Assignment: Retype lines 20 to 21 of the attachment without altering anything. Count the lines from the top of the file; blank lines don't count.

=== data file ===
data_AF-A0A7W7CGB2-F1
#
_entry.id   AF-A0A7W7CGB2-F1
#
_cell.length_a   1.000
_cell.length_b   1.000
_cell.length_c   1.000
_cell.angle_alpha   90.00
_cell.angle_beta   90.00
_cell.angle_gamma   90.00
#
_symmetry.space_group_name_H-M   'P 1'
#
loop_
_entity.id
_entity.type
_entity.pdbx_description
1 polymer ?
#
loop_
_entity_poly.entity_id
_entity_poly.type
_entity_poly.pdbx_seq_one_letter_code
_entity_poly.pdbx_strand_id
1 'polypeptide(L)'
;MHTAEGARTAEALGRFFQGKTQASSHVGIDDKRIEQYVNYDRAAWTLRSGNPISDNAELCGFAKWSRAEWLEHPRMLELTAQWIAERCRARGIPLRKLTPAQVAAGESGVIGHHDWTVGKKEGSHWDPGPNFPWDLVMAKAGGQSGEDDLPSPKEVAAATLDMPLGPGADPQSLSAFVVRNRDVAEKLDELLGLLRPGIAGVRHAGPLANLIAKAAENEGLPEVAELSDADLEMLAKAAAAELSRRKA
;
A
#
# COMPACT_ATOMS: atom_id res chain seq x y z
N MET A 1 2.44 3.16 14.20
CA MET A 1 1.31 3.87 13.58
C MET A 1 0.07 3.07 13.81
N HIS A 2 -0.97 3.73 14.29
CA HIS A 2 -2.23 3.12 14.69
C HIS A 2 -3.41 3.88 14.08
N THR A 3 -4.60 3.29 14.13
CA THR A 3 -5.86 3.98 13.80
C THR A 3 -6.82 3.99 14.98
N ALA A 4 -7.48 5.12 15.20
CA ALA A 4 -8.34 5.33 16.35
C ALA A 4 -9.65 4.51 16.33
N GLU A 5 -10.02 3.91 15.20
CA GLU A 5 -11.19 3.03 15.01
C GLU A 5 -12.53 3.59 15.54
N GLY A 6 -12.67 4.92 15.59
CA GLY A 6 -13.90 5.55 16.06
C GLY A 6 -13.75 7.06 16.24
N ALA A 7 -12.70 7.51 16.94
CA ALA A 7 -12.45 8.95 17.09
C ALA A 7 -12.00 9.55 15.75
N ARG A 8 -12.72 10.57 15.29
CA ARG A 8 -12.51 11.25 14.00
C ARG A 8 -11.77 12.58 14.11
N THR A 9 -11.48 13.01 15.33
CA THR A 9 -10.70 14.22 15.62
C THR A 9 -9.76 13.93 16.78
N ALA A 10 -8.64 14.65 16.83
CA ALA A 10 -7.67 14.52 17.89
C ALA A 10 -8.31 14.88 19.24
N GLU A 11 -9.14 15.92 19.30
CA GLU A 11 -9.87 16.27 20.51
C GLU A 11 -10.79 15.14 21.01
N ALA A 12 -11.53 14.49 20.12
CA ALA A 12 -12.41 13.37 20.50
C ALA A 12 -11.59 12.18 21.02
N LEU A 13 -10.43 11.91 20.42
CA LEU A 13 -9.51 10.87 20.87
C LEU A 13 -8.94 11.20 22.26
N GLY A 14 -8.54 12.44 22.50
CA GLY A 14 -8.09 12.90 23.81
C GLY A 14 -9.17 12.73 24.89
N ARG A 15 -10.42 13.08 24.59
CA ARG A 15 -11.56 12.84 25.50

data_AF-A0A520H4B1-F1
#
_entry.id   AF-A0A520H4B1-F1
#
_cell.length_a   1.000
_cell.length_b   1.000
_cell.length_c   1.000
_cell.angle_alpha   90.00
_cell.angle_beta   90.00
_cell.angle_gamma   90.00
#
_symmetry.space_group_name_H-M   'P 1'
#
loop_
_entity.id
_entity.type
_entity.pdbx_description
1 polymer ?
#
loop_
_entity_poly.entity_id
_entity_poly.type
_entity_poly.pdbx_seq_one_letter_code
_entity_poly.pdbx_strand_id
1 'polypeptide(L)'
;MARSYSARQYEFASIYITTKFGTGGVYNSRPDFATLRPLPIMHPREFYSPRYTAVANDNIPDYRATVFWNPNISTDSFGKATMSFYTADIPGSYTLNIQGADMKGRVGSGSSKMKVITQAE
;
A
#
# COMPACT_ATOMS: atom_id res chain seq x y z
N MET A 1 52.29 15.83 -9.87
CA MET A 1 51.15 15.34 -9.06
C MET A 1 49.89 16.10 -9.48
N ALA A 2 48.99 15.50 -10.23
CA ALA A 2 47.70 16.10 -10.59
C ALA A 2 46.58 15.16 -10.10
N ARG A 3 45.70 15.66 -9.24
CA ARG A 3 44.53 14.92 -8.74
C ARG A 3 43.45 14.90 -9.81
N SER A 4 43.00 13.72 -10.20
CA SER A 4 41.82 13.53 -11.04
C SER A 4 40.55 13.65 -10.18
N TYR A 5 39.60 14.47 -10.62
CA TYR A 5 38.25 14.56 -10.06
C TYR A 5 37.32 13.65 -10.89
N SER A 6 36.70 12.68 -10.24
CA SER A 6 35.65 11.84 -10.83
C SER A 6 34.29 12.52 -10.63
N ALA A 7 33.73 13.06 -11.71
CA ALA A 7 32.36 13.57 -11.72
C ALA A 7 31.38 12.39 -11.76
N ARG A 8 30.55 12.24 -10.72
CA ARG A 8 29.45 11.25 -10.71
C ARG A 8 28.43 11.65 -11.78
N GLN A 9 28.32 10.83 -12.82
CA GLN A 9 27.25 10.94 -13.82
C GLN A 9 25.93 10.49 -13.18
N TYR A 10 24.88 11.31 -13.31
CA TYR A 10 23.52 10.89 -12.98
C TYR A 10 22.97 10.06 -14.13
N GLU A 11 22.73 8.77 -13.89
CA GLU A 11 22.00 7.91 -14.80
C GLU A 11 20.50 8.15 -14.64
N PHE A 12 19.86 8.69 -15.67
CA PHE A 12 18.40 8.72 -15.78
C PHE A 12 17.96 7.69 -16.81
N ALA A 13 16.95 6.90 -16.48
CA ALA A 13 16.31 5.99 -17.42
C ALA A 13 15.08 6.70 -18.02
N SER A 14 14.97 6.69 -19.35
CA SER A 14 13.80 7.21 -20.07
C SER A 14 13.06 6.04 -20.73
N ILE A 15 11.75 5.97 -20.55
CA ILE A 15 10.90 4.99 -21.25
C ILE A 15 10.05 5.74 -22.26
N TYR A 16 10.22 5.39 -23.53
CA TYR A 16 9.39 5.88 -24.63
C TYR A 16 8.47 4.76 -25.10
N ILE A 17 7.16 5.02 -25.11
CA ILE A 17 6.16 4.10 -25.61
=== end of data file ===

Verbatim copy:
loop_
_entity_poly.entity_id